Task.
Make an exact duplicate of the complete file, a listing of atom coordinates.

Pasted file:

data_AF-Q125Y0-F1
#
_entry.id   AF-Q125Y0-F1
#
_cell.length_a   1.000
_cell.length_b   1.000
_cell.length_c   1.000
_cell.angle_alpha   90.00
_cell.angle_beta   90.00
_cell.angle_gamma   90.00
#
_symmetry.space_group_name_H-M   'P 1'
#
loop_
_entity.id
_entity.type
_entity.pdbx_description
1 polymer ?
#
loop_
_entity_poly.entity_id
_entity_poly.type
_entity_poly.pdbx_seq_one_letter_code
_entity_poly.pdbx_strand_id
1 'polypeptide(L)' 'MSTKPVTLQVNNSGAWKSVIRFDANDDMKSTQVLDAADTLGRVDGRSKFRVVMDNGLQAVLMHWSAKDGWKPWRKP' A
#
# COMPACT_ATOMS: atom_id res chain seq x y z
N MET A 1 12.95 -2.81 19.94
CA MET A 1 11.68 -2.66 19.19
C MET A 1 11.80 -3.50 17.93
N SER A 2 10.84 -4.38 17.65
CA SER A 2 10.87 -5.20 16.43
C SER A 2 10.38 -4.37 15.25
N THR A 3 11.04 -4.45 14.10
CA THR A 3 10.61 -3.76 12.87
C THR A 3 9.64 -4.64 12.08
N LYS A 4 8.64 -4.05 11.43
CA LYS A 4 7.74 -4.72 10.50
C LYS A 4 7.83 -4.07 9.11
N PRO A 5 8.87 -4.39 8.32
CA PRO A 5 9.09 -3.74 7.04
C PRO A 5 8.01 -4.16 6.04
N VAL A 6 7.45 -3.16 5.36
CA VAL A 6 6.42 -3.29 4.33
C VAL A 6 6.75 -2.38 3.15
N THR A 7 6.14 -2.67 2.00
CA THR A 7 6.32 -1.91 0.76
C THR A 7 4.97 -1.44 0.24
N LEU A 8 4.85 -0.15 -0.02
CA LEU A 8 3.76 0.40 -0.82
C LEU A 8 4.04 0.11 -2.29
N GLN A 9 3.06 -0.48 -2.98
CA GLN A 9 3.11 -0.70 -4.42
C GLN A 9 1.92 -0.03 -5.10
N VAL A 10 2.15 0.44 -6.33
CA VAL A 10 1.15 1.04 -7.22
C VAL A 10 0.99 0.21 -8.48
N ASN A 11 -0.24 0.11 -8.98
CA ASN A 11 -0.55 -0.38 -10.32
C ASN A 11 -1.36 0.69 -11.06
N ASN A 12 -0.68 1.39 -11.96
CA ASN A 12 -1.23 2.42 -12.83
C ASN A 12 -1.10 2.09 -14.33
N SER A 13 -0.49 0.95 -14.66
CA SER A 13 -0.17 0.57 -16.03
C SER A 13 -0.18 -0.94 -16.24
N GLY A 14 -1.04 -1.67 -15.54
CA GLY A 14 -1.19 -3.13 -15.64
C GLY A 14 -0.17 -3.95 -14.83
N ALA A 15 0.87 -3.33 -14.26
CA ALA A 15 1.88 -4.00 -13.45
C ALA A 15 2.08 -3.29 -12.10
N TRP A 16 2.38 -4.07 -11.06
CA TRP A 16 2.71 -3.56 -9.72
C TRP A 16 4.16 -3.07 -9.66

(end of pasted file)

data_AF-Q125Y0-F1
#
_entry.id   AF-Q125Y0-F1
#
_cell.length_a   1.000
_cell.length_b   1.000
_cell.length_c   1.000
_cell.angle_alpha   90.00
_cell.angle_beta   90.00
_cell.angle_gamma   90.00
#
_symmetry.space_group_name_H-M   'P 1'
#
loop_
_entity.id
_entity.type
_entity.pdbx_description
1 polymer ?
#
loop_
_entity_poly.entity_id
_entity_poly.type
_entity_poly.pdbx_seq_one_letter_code
_entity_poly.pdbx_strand_id
1 'polypeptide(L)' 'MSTKPVTLQVNNSGAWKSVIRFDANDDMKSTQVLDAADTLGRVDGRSKFRVVMDNGLQAVLMHWSAKDGWKPWRKP' A
#
# COMPACT_ATOMS: atom_id res chain seq x y z
N MET A 1 12.95 -2.81 19.94
CA MET A 1 11.68 -2.66 19.19
C MET A 1 11.80 -3.50 17.93
N SER A 2 10.84 -4.38 17.65
CA SER A 2 10.87 -5.20 16.43
C SER A 2 10.38 -4.37 15.25
N THR A 3 11.04 -4.45 14.10
CA THR A 3 10.61 -3.76 12.87
C THR A 3 9.64 -4.64 12.08
N LYS A 4 8.64 -4.05 11.43
CA LYS A 4 7.74 -4.72 10.50
C LYS A 4 7.83 -4.07 9.11
N PRO A 5 8.87 -4.39 8.32
CA PRO A 5 9.09 -3.74 7.04
C PRO A 5 8.01 -4.16 6.04
N VAL A 6 7.45 -3.16 5.36
CA VAL A 6 6.42 -3.29 4.33
C VAL A 6 6.75 -2.38 3.15
N THR A 7 6.14 -2.67 2.00
CA THR A 7 6.32 -1.91 0.76
C THR A 7 4.97 -1.44 0.24
N LEU A 8 4.85 -0.15 -0.02
CA LEU A 8 3.76 0.40 -0.82
C LEU A 8 4.04 0.11 -2.29
N GLN A 9 3.06 -0.48 -2.98
CA GLN A 9 3.11 -0.70 -4.42
C GLN A 9 1.92 -0.03 -5.10
N VAL A 10 2.15 0.44 -6.33
CA VAL A 10 1.15 1.04 -7.22
C VAL A 10 0.99 0.21 -8.48
N ASN A 11 -0.24 0.11 -8.98
CA ASN A 11 -0.55 -0.38 -10.32
C ASN A 11 -1.36 0.69 -11.06
N ASN A 12 -0.68 1.39 -11.96
CA ASN A 12 -1.23 2.42 -12.83
C ASN A 12 -1.10 2.09 -14.33
N SER A 13 -0.49 0.95 -14.66
CA SER A 13 -0.17 0.57 -16.03
C SER A 13 -0.18 -0.94 -16.24
N GLY A 14 -1.04 -1.67 -15.54
CA GLY A 14 -1.19 -3.13 -15.64
C GLY A 14 -0.17 -3.95 -14.83
N ALA A 15 0.87 -3.33 -14.26
CA ALA A 15 1.88 -4.00 -13.45
C ALA A 15 2.08 -3.29 -12.10
N TRP A 16 2.38 -4.07 -11.06
CA TRP A 16 2.71 -3.56 -9.72
C TRP A 16 4.16 -3.07 -9.66